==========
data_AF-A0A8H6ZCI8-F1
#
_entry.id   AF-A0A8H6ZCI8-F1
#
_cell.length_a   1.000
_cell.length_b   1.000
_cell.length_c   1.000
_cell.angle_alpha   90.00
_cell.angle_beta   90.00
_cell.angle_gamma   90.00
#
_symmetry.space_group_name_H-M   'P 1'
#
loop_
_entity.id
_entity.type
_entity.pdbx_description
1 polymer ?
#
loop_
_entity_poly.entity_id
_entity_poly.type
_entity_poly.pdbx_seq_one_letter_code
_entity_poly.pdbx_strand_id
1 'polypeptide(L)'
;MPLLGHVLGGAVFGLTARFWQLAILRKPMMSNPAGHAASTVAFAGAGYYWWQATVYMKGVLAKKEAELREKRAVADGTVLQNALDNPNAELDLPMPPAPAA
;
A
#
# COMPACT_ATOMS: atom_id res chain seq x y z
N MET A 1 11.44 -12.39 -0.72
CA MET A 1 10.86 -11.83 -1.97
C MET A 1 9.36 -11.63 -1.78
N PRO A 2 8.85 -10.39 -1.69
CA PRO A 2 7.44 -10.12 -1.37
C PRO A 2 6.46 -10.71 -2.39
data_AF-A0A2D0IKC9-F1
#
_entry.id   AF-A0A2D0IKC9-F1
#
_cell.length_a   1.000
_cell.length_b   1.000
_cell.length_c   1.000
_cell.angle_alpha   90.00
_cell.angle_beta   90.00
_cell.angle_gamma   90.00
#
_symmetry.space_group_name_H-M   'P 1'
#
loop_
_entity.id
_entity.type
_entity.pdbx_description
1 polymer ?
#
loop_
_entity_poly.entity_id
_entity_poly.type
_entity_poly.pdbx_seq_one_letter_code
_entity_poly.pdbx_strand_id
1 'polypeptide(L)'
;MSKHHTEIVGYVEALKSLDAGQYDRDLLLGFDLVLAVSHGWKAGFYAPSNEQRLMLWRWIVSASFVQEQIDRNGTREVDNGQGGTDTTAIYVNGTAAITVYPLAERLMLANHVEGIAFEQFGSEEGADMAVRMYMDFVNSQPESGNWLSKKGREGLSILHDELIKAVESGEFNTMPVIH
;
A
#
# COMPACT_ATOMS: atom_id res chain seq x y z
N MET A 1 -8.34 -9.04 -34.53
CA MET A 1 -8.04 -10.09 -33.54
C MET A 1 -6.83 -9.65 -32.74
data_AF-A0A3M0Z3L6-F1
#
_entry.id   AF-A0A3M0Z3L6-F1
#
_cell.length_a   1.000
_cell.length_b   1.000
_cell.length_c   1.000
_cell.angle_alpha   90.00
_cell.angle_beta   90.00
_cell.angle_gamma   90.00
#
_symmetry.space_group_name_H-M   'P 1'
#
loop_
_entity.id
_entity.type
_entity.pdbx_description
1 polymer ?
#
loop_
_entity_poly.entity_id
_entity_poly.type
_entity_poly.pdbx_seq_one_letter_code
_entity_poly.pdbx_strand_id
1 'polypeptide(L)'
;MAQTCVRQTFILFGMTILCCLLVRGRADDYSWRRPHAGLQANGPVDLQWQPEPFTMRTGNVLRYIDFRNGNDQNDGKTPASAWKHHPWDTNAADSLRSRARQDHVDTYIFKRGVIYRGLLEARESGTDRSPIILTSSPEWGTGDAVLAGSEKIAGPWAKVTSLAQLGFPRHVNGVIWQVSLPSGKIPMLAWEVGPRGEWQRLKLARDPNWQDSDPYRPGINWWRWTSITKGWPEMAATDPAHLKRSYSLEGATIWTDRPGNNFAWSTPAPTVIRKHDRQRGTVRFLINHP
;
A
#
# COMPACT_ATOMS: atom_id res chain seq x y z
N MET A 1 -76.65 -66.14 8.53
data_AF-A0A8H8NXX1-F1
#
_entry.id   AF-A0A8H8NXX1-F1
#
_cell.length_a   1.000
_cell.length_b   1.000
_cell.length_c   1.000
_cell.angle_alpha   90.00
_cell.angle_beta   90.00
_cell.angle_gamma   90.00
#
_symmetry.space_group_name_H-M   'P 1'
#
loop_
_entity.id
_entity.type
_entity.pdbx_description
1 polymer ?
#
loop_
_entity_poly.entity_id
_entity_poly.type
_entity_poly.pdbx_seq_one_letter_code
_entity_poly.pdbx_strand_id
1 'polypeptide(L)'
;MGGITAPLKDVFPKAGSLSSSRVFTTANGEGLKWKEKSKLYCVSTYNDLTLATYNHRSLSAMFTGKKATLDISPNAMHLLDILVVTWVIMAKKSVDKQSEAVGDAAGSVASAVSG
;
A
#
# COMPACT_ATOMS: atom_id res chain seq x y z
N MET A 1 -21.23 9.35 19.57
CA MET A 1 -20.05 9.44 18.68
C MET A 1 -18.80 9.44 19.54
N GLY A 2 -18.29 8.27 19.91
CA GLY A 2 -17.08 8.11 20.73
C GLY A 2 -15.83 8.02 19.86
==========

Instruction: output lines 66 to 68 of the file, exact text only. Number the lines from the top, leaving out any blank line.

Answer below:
# COMPACT_ATOMS: atom_id res chain seq x y z
N MET A 1 -8.34 -9.04 -34.53
CA MET A 1 -8.04 -10.09 -33.54